SPICE STORAGE by Vickie Kline

With the weather turning chilly and holidays just around the corner, are you in the mood to cook and bake? I certainly am. In checking my supplies though, I noticed I had a couple of spices that had lost their color and aroma. I can’t say how long I’d had them in the drawer, so decided to do some research on storing spices properly before replacing them.

Here’s what I learned:

General information: Spices naturally have a protective cell structure to help them last a long time. Spices that are whole or dried will last for many years. Once ground, they become more fragile, but if stored properly will still retain an adequate shelf life of six months to one year.

Storage guidelines:

1. Keep away from heat: In other words, spices shouldn’t be stored next to your stove, an outside wall, or any high heat source. The adequate storage temperature should be no higher than 68 F.

2. Keep cool: If possible, cold storage is recommended at 32 – 45 F, particularly for spices where volatile oil and/or aromas are important attributes. At 70 – 80 F, a spice such as paprika will lose about 1% of its color every 10 days. Cold storage also protects against infestation and rancidity in the fixed oils in items such as sesame and poppy seeds.

3. Keep it dry: Spices shouldn’t be stored in close proximity to a laundry room or anywhere there is high humidity. To keep spices dry, 60% relative humidity is as high as you should go.

4. Keep away from light: Spices such as paprika, parsley flakes, and chives are sensitive to direct sunlight or fluorescent exposure.

I’m now thinking it’s best to purchase spices according to what I will use within 6 to 8 months. Otherwise, there is risk of them going bad.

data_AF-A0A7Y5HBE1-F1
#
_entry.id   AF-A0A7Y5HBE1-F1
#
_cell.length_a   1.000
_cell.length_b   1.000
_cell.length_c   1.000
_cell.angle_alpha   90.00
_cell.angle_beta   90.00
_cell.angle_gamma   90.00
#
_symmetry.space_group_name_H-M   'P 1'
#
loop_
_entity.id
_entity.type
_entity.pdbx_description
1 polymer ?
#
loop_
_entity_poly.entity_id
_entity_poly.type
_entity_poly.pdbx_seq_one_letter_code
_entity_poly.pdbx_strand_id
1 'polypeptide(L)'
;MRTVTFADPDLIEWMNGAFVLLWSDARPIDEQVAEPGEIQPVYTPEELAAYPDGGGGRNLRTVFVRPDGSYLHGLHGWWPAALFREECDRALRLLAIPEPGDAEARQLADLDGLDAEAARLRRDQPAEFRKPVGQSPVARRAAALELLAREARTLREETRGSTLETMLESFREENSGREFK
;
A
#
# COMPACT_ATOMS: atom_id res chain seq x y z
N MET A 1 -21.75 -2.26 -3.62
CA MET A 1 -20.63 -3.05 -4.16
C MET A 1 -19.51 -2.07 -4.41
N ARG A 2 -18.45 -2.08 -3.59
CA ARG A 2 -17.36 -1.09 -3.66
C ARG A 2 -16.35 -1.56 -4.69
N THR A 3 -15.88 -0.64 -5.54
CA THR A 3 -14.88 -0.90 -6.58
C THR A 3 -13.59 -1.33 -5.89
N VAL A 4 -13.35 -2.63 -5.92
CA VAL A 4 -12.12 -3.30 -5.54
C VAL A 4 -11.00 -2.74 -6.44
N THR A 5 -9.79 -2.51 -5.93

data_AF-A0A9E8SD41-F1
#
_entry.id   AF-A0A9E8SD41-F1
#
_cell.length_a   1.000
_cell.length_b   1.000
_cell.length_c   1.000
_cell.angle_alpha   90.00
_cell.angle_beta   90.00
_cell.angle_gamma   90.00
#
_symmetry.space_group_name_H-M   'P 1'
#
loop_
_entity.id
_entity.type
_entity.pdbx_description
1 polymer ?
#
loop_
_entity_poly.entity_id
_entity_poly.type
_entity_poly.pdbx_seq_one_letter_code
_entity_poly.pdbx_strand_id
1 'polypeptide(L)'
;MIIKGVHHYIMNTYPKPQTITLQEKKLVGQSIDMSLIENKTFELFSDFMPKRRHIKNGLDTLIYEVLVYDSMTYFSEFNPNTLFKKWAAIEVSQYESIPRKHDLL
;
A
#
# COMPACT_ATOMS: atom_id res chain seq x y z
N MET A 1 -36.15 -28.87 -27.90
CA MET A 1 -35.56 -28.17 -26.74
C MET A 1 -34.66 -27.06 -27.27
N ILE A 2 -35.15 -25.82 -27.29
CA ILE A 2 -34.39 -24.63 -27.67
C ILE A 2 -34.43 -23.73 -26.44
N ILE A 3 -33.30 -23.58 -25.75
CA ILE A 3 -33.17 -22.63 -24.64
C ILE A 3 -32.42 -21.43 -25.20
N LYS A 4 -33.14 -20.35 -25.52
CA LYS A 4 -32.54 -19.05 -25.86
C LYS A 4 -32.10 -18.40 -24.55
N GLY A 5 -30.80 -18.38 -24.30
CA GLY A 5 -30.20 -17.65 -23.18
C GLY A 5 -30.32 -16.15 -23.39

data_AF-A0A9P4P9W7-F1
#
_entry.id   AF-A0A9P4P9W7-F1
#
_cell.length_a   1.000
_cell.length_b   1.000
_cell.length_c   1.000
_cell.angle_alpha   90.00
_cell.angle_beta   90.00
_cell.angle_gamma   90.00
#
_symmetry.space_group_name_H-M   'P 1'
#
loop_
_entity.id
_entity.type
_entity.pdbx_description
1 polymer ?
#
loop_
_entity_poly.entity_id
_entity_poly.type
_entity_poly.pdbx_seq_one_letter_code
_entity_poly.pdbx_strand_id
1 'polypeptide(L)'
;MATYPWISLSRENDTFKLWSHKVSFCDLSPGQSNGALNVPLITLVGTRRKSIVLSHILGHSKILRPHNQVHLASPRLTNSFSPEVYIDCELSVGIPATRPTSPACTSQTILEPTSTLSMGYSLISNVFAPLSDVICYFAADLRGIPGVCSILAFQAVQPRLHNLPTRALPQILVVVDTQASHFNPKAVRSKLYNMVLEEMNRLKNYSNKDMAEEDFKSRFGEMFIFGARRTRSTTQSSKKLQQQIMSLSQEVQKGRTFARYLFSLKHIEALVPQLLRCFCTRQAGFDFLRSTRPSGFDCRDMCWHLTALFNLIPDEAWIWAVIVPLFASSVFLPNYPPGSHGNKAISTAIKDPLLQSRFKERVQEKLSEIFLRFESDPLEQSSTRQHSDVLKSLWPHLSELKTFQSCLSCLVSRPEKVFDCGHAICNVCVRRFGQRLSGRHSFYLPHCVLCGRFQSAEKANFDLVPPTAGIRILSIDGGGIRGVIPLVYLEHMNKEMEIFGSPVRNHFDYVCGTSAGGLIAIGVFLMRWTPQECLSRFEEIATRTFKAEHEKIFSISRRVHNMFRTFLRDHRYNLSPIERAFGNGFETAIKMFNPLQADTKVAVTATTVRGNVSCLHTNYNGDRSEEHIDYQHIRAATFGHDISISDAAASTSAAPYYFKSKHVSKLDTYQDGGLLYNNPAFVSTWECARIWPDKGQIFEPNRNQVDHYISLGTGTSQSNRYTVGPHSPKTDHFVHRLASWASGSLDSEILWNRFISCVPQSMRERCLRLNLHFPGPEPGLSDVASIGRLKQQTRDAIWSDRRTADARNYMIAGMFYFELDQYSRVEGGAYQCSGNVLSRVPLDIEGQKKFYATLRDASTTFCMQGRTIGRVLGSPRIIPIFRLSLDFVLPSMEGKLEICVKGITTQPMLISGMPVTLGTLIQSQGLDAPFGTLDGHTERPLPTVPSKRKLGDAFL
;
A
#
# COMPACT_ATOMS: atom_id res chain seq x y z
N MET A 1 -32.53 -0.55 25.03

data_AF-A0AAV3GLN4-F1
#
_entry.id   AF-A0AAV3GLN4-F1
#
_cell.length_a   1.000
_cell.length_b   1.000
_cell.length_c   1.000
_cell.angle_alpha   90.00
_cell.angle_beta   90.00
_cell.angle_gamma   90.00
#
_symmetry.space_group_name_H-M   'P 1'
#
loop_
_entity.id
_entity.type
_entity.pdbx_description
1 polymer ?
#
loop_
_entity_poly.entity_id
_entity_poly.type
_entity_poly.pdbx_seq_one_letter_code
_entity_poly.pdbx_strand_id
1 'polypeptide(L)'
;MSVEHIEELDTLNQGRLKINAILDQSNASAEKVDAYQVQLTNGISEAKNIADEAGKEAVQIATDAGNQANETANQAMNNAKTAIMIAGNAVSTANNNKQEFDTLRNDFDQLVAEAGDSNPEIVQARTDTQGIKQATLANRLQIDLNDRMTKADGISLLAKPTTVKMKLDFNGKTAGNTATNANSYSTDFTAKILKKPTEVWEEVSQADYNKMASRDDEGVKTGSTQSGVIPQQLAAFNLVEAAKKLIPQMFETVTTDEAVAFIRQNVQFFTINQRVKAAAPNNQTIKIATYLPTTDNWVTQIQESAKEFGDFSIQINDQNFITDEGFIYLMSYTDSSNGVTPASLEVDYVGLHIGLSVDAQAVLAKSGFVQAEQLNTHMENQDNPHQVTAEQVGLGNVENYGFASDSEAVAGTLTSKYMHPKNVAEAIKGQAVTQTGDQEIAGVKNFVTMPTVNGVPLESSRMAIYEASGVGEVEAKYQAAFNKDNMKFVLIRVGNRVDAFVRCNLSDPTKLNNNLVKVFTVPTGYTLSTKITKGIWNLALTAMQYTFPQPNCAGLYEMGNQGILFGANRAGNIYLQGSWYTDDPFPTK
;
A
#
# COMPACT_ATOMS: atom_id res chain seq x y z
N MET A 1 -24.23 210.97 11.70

Enjoy the holidays and share lots of good food items! They’ll be even better with fresh, aromatic spices…

Strive to be healthy!

Information courtesy of Canadian Spice Association

Image courtesy of Morocco Spices

RECIPE FRIDAY: Spinach cakes


  • 12 ounces fresh spinach
  • 1/2 cup part-skim ricotta cheese, or low-fat cottage cheese
  • 1/2 cup finely shredded Parmesan cheese, plus more for garnish
  • 2 large eggs, beaten
  • 1 clove garlic, minced
  • 1/4 teaspoon salt
  • 1/4 teaspoon freshly ground pepper
Preheat oven to 400°F.
Pulse spinach in three batches in a food processor until finely chopped. Transfer to a medium bowl. Add ricotta (or cottage cheese), Parmesan, eggs, garlic, salt and pepper; stir to combine.
Coat 8 cups of the muffin pan with cooking spray. Divide the spinach mixture among the 8 cups (they will be very full).
Bake the spinach cakes until set, about 20 minutes. Let stand in the pan for 5 minutes. Loosen the edges with a knife and turn out onto a clean cutting board or large plate. Serve warm, sprinkled with more Parmesan, if desired.
Recipe shared courtesy of Eleanore Johnson

SNORING by Vickie Kline

This topic is on my mind today because my husband has slept in a different room the past couple of nights. Yes, my name is Vickie Kline and I snore. Oh my gosh… I never thought I would admit that because I find it embarrassing. It’s usually men who snore and I’ve heard tales of wives who have tried everything to get a good night’s sleep. I guess this ailment goes with my history of allergy problems and I should face it head on and determine how to change the situation before my husband moves out of our bedroom for good!

I’ve tried several things previously and good results. I find though, it has a great deal to do with how other things are going in my life. What have I recently eaten that may have caused increased congestion due to allergies? Am I having drainage down the back of my throat? How tired am I? How much alcohol have I consumed? I realize snoring is caused and impacted by many other things in my life. If I work on changing these things, my snoring decreases and I don’t have to sleep alone.

These are the typical remedies for snoring:

1. Change your sleep position: If you tend to sleep on your back, you may have an issue with the base of your tongue and soft palate collapsing to the back of your throat. This will cause a vibrating sound during sleep. If you change positions and sleep on your side, you may prevent this. I very often start out on my side, but turn on my back during sleep without realizing it. Okay, here’s what’s recommended to keep you lying on your side: A full-length body pillow for support will keep you on your side. Or, taping tennis balls to the back of your pajamas. I think I’ll call Victoria’s Secret and see if they have lingerie with tennis ball packets in the back. My hubby would think that was cool.